Predictable halitosis treatment: Using microbial testing and antibiotic rinse therapy

Treatment of patients with breath concerns is a difficult process, because no formal training currently exists in dental or dental hygiene schools. The perception of halitosis is that it is related to poor oral hygiene or due to a medical concern. However, oral bacteria—mainly periodontal pathogens—are the most common cause of halitosis. Jim Hyland, DDS, presents a case study showing a novel way of treating halitosis predictably through objective measurements and microbial testing to identify the location of the infection followed by antibiotic rinse therapy.  

A patient’s perspective on the importance of tooth-sparing periodontal treatment by Martin Heilweil, PhD

A patient's perspective on the importance of tooth-sparing periodontal treatment

Martin Heilweil, PhD, faced severe bone loss and periodontal treatment consisting of extraction, bone grafts, sinus lifts, implants, and crowns. He didn’t like the idea of losing his teeth. He didn’t like his dentist. It was time to do something about this. It was time to shop for a new dentist. After some research, he decided he wanted to give the “saving the teeth” option a try. Here is his story.

dental scalers Dreamstime.com periodontal treatment

Call to the dental profession: Saving the art of scaling and root planing in periodontal treatment

Dr. Victor M. Sternberg sets forth the value of scaling and root planing for the maintenance of periodontal patients. As such, he references studies that speak of its value for periodontal treatment and explains how he believes the procedures of scaling and root planing have become abandoned in the institutions of graduate schools, dental schools, dental hygiene schools, dental practices, the dental industry, and patients themselves. As he says, “At one time, the giants of periodontology walked the halls of American dental schools.” He offers four frank suggestions to remedy these problems as he sees them.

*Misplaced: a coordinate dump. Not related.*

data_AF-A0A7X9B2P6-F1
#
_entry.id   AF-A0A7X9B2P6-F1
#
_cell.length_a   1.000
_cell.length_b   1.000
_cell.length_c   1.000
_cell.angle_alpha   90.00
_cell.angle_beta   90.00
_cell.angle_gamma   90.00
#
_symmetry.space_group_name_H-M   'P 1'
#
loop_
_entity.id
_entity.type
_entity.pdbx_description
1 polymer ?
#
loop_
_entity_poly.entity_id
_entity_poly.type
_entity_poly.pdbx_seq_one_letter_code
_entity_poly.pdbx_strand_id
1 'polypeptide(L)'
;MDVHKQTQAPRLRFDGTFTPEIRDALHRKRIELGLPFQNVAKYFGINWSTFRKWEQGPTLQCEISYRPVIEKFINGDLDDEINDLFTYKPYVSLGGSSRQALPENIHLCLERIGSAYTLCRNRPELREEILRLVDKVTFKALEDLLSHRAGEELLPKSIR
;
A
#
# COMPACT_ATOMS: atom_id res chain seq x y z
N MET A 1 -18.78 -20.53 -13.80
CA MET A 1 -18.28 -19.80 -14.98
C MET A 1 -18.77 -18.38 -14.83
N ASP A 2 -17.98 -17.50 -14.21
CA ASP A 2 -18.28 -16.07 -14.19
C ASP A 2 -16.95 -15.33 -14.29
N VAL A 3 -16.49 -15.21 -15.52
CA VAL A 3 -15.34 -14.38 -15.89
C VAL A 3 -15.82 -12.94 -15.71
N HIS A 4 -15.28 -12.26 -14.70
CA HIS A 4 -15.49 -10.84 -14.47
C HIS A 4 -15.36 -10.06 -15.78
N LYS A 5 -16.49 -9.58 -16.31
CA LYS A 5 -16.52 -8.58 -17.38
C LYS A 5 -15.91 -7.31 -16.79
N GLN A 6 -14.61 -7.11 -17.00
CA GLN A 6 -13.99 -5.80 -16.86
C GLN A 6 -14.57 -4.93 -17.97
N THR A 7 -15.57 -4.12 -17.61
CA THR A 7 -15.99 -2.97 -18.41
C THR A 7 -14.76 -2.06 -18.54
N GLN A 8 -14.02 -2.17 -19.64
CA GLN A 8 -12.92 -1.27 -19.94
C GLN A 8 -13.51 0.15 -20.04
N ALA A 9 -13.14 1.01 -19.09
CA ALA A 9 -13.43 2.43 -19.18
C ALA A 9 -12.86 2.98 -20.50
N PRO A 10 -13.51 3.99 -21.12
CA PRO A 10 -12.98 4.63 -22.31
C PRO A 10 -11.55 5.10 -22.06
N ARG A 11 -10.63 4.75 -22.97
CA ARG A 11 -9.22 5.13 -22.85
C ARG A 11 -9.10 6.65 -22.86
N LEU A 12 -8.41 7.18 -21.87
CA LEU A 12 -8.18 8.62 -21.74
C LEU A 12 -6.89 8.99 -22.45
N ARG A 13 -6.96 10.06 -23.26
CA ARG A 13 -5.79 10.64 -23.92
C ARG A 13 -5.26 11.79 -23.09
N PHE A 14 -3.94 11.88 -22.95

A guideline for clinical practice: The search for a successful adjunctive periodontal therapy by R. Bruce Cochrane, DDS

A guideline for clinical practice: The search for a successful adjunctive periodontal therapy

In July 2015, the Journal of the American Dental Association published an “Evidence-based clinical practice guideline on the nonsurgical treatment of chronic periodontitis by means of scaling and root planing with or without adjuncts.” Dr. R. Bruce Cochrane says, “The problem for all practitioners is that the guidelines offer only a limited evaluation of adjunctive care.” In this article, he explains the protocol he uses that helps him achieve his goal of solid teeth, little to no bleeding, minimal pocket depth, and happier and healthier patients.

10 steps to perform an oral cancer screening by Scott Froum, DDS

10 steps to perform an oral cancer screening

Squamous cell carcinoma of the oral cavity and throat account for about 45,000 cases each year in the United States, resulting in approximately 8,000 deaths per year. Studies show that successful treatment is highly dependent upon diagnosis and treatment of this disease in its early stages. Although there have been advances in surgical, chemotherapy, and radiation treatment, five-year survival rates of patients with moderate to advanced cases of oral cancer are less than 60%. Patients who do survive typically have trouble chewing, speaking, eating, and smiling after treatment thus it is extremely important to diagnose OC before it becomes advanced, since treatment for early cancer is not as severe. Editorial Director Dr. Scott Froum offers steps to use as you screen patients in your office.